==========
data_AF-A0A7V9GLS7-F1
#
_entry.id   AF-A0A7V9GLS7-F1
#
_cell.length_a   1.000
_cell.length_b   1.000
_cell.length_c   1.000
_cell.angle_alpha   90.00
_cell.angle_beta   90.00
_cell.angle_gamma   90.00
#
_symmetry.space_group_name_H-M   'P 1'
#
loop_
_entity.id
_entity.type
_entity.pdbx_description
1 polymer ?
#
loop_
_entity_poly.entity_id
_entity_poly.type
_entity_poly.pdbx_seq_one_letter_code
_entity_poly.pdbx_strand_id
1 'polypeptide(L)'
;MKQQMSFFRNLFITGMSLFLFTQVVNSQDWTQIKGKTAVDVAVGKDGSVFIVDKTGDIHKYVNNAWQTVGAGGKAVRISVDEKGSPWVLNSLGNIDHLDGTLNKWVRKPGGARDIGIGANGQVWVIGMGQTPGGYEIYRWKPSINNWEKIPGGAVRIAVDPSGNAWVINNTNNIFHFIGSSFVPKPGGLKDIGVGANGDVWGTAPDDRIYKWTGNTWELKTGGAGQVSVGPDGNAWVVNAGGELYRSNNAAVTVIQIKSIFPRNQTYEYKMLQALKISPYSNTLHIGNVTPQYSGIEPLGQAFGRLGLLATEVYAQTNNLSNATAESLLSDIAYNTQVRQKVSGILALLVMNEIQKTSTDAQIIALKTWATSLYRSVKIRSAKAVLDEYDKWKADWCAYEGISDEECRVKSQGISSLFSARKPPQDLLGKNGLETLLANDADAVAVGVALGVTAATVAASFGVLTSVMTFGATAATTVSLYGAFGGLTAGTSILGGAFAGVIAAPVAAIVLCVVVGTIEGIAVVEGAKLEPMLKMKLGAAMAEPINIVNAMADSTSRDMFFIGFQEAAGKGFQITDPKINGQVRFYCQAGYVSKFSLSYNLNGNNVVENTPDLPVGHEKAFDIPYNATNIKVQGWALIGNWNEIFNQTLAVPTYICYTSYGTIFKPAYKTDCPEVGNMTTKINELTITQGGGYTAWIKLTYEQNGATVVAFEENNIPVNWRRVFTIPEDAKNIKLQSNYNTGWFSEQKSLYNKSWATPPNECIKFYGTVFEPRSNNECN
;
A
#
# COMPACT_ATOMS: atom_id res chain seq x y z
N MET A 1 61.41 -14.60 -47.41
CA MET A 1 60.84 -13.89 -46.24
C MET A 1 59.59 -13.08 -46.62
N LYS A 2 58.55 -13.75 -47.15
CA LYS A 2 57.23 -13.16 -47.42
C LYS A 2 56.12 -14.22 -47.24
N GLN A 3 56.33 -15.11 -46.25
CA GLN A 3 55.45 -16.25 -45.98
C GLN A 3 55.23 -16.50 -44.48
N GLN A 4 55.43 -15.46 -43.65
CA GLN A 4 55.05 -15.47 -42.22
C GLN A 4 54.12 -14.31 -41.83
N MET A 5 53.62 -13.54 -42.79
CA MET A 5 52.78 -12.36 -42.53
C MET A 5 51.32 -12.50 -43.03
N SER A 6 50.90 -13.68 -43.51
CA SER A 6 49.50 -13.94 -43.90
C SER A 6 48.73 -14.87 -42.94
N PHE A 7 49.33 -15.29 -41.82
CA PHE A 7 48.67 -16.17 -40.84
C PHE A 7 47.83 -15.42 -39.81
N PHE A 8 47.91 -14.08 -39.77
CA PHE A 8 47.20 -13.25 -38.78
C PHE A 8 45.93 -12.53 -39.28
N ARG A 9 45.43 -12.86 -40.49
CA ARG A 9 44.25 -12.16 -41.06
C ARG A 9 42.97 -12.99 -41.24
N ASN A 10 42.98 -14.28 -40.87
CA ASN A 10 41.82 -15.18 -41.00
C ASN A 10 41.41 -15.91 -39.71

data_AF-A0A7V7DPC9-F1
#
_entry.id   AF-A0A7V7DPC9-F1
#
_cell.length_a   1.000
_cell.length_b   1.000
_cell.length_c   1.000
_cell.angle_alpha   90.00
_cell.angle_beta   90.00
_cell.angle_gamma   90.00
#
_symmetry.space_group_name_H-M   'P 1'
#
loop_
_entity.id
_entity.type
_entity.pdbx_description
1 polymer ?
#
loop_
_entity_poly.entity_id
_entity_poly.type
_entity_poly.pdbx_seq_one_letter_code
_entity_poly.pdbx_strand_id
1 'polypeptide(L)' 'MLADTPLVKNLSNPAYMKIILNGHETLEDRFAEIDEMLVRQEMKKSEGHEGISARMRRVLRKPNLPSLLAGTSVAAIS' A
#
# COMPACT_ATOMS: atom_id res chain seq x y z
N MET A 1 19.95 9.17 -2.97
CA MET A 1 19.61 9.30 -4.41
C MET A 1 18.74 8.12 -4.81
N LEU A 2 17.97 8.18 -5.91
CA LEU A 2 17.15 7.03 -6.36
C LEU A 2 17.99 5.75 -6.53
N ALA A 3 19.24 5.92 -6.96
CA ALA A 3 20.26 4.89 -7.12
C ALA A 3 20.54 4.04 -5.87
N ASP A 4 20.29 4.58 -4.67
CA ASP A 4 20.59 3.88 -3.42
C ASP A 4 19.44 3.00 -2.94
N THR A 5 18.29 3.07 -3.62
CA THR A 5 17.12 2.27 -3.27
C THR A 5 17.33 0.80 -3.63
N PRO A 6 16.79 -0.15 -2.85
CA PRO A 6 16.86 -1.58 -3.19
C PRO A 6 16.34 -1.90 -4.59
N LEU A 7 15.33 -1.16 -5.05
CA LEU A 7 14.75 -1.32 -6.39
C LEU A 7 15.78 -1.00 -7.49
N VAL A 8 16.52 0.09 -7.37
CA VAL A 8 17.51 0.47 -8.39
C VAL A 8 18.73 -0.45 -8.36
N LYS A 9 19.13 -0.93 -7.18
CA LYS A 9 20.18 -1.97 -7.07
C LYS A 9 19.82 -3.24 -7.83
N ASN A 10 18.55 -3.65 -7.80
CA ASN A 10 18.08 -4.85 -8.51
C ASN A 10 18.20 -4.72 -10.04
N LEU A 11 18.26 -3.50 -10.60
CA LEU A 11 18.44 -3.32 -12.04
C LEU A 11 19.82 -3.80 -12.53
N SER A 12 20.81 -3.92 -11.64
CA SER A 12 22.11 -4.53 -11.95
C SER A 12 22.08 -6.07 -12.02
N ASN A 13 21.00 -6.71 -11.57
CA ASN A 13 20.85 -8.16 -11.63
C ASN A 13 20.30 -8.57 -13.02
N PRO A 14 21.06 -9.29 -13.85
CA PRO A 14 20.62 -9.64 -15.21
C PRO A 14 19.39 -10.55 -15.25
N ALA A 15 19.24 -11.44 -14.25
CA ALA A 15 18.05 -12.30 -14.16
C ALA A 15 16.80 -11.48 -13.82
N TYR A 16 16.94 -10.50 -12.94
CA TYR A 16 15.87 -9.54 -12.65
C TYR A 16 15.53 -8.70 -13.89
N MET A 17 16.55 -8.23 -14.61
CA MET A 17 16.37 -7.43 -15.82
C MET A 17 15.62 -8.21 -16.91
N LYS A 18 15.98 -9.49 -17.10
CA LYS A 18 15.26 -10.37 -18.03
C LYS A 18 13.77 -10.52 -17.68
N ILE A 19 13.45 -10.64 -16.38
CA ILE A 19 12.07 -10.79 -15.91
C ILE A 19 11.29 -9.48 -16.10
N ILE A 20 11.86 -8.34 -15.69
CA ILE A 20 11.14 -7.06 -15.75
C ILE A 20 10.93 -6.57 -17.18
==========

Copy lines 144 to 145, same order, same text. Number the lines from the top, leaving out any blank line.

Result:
C ILE A 19 11.29 -9.48 -16.10
N ILE A 20 11.86 -8.34 -15.69